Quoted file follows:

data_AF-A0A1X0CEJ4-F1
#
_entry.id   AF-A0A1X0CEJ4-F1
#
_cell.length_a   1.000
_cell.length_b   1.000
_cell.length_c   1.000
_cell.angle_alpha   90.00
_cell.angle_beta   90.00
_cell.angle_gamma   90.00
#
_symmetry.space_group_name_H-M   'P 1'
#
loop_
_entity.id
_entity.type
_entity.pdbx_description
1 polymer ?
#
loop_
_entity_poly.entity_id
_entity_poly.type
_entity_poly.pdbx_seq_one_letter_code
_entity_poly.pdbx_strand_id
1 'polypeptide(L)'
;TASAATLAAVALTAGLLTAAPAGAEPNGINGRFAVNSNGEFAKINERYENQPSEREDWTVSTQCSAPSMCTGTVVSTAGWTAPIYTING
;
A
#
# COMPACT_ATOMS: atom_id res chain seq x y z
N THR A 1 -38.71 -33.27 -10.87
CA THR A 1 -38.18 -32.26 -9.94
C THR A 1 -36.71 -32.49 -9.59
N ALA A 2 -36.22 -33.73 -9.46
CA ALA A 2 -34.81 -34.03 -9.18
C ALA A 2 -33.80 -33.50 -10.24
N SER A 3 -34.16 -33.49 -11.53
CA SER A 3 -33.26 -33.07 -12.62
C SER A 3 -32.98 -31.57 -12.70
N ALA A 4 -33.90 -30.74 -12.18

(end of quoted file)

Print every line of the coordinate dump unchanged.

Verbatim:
data_AF-A0A1X0CEJ4-F1
#
_entry.id   AF-A0A1X0CEJ4-F1
#
_cell.length_a   1.000
_cell.length_b   1.000
_cell.length_c   1.000
_cell.angle_alpha   90.00
_cell.angle_beta   90.00
_cell.angle_gamma   90.00
#
_symmetry.space_group_name_H-M   'P 1'
#
loop_
_entity.id
_entity.type
_entity.pdbx_description
1 polymer ?
#
loop_
_entity_poly.entity_id
_entity_poly.type
_entity_poly.pdbx_seq_one_letter_code
_entity_poly.pdbx_strand_id
1 'polypeptide(L)'
;TASAATLAAVALTAGLLTAAPAGAEPNGINGRFAVNSNGEFAKINERYENQPSEREDWTVSTQCSAPSMCTGTVVSTAGWTAPIYTING
;
A
#
# COMPACT_ATOMS: atom_id res chain seq x y z
N THR A 1 -38.71 -33.27 -10.87
CA THR A 1 -38.18 -32.26 -9.94
C THR A 1 -36.71 -32.49 -9.59
N ALA A 2 -36.22 -33.73 -9.46
CA ALA A 2 -34.81 -34.03 -9.18
C ALA A 2 -33.80 -33.50 -10.24
N SER A 3 -34.16 -33.49 -11.53
CA SER A 3 -33.26 -33.07 -12.62
C SER A 3 -32.98 -31.57 -12.70
N ALA A 4 -33.90 -30.74 -12.18